HomeLatest ThreadsGreatest ThreadsForums & GroupsMy SubscriptionsMy Posts
DU Home » Latest Threads » Forums & Groups » Main » General Discussion (Forum) » Mysterious Ailments Are S... » Reply #5

Response to JoanofArgh (Original post)

Wed May 12, 2021, 05:54 PM

5. "immaculate concussion"...


The Mystery of the Immaculate Concussion
He was a senior CIA official tasked with getting tough on Russia. Then, one night in Moscow, Marc Polymeropoulos's life changed forever. He says he was hit with a mysterious weapon, joining dozens of American diplomats and spies who believe they’ve been targeted with this secret device all over the world—and even at home, on U.S. soil. Now, as a CIA investigation points the blame at Russia, the victims are left wondering why so little is being done to help them.

The neurologists at the University of Pennsylvania found that some explanations for the Havana Syndrome, including mass hysteria and group psychosis, were highly unlikely. Many of the patients didn’t know each other, their performance on these tests could not have been faked, and they did not wallow in their pain. In fact, according to the study, they were desperately trying to get better and “were largely determined to continue to work or return to full duty, even when encouraged by health care professionals to take sick leave.” The study also concluded that these injuries were likely not caused by exposure to chemicals, since no organs other than the brain were involved. Nor were they likely to have been the product of a viral infection, the doctors said, because these patients did not display associated symptoms, like a spiking fever. Still, the University of Pennsylvania researchers couldn’t explain what actually had happened to these patients. Their brain scans were basically normal, and the doctors could not fathom what could have caused this kind of brain injury, one that refused to heal. “These individuals appeared to have sustained injury to widespread brain networks without an associated history of head trauma,” the study’s authors concluded. Doctors and patients began referring to it as the “immaculate concussion"
As the Cold War progressed, both the United States and the Soviet Union raced to find military uses for what came to be called directed energy weapons. American researchers had studied things like beaming words into subjects’ heads—great for psychological warfare—while also researching the thermal aspects of microwaves. Packaged in the right way, researchers theorized, a microwave weapon could be mounted on a truck, where it could cast a beam outward to create an invisible barrier anywhere, anytime, capable of immobilizing any person who got within its range. This research ultimately culminated in the development of a weapon the Pentagon calls an Active Denial System, or ADS. In a video touting its capabilities, the U.S. military boasts that this highly portable weapon can be attached to a military vehicle and used to direct precise beams of electromagnetic radiation at, say, an armed militant in a crowd or a suspicious person approaching a military checkpoint. The beam would instantaneously produce a sensation of heat on the skin, which would trigger a person’s reflex to flee. (This summer, a military official inquired about deploying the technology against American protesters who flooded into the streets of Washington, D.C., to protest police brutality.)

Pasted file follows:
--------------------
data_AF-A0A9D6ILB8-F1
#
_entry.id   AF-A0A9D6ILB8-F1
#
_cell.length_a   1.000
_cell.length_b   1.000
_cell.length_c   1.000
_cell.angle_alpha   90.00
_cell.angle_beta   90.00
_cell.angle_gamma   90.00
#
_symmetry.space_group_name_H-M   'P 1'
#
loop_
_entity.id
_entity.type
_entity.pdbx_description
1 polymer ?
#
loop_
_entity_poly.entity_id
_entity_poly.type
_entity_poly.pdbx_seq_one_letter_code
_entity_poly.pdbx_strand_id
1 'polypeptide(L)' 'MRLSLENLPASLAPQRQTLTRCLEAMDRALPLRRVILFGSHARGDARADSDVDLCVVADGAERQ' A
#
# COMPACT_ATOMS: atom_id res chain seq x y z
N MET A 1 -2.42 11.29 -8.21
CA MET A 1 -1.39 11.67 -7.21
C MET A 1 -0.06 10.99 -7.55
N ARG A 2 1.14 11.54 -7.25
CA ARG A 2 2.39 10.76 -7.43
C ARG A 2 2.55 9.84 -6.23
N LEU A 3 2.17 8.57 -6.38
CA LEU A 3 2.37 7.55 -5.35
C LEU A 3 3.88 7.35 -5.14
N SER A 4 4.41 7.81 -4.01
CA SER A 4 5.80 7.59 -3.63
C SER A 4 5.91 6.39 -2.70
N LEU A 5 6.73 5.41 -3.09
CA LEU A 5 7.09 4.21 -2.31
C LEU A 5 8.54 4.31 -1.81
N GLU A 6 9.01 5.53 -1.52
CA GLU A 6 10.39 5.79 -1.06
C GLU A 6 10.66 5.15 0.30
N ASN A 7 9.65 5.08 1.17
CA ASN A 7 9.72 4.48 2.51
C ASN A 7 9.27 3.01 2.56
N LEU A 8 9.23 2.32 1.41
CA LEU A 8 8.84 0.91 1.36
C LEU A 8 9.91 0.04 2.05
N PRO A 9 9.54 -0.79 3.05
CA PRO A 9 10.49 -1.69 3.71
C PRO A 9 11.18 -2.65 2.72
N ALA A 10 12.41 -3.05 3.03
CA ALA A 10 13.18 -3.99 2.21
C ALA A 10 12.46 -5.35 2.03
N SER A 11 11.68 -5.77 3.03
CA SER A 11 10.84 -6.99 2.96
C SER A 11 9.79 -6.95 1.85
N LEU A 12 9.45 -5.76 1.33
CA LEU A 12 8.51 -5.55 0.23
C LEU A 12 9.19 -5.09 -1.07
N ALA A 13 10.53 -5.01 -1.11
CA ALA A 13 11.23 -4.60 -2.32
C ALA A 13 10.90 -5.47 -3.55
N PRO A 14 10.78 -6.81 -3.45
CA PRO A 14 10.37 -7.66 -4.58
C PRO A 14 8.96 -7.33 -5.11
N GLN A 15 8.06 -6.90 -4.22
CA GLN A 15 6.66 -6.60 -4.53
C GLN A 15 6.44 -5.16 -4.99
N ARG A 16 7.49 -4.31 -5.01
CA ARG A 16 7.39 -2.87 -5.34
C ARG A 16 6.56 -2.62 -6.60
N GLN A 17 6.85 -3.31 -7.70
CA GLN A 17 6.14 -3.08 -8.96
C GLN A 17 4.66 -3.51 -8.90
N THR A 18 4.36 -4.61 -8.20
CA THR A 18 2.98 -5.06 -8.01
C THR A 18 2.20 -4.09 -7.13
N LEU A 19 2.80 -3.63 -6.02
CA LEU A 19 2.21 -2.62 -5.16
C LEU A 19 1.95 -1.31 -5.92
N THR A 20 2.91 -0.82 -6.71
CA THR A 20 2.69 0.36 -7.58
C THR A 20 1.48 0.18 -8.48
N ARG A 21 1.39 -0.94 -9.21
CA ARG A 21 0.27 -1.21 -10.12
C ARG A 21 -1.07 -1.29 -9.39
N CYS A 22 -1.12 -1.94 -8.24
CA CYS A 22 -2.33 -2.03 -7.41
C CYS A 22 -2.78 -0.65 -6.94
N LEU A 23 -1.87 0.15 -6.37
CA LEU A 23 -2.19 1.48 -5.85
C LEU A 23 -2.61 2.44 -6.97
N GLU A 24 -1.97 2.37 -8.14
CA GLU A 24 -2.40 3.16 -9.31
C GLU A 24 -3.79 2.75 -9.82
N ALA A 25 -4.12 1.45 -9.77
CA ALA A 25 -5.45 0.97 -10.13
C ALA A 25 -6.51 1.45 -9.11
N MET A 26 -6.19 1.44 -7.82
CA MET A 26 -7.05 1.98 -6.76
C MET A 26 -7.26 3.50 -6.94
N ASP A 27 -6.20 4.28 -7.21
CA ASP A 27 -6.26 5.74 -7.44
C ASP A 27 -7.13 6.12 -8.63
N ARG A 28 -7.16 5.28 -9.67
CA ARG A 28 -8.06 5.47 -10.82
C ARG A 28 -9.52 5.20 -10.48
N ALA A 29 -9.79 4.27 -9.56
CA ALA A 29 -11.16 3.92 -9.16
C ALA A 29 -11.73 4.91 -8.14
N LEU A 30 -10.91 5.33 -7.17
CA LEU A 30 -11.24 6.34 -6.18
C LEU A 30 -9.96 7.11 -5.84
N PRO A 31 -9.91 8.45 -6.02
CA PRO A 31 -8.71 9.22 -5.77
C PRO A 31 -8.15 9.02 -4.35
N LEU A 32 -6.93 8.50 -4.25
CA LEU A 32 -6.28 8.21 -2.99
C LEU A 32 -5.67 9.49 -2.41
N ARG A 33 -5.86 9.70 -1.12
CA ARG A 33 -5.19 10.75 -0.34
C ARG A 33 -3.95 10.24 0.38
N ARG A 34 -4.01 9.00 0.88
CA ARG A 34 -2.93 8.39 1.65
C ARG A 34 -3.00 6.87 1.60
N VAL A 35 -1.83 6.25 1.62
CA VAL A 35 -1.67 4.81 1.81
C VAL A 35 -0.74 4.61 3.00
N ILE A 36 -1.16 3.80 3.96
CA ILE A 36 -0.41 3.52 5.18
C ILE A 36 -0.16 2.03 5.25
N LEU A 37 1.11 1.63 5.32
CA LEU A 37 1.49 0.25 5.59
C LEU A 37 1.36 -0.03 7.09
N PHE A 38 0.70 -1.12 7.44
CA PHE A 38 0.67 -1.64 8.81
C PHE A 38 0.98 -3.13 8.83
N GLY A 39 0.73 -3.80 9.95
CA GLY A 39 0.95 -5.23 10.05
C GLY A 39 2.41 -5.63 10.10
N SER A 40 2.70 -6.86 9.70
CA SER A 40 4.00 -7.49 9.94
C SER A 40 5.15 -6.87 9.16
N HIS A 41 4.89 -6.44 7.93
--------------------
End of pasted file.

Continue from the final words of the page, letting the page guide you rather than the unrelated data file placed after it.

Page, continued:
On the other side of the world, the Soviets focused on the non-thermal applications of microwave radiation. A 1976 report compiled by the Pentagon’s intelligence branch, the Defense Intelligence Agency, reviewed Soviet research on the topic. The report detailed Moscow’s investigation of the effects of microwaves on the nervous system. Soviet, and later Russian, scientists found that exposing an animal’s brain to microwaves changed the frequency at which neurons fired. Neurons also became suddenly out of sync with one another. Some brain cells in mice were found to have withered. Nerves became damaged. The radiation also showed the potential to disturb the sacrosanct blood-brain barrier and, according to the DIA, resulted in “the alterations of brain function.” The most common symptoms reported in humans who had been exposed to microwaves for long periods of time sounded familiar: headache, fatigue, perspiration, dizziness, insomnia, depression, anxiety, forgetfulness, and lack of concentration.

Reply to this post

Back to OP Alert abuse Link to post in-thread

Always highlight: 10 newest replies | Replies posted after I mark a forum
Replies to this discussion thread
Arrow 12 replies Author Time Post
JoanofArgh May 2021 OP
SergeStorms May 2021 #1
soothsayer May 2021 #3
JoanofArgh May 2021 #4
soothsayer May 2021 #7
soothsayer May 2021 #2
Duppers May 2021 #10
LineNew Reply "immaculate concussion"...
stillcool May 2021 #5
JoanofArgh May 2021 #6
soothsayer May 2021 #8
SWBTATTReg May 2021 #9
soothsayer May 2021 #11
Hekate May 2021 #12
Please login to view edit histories.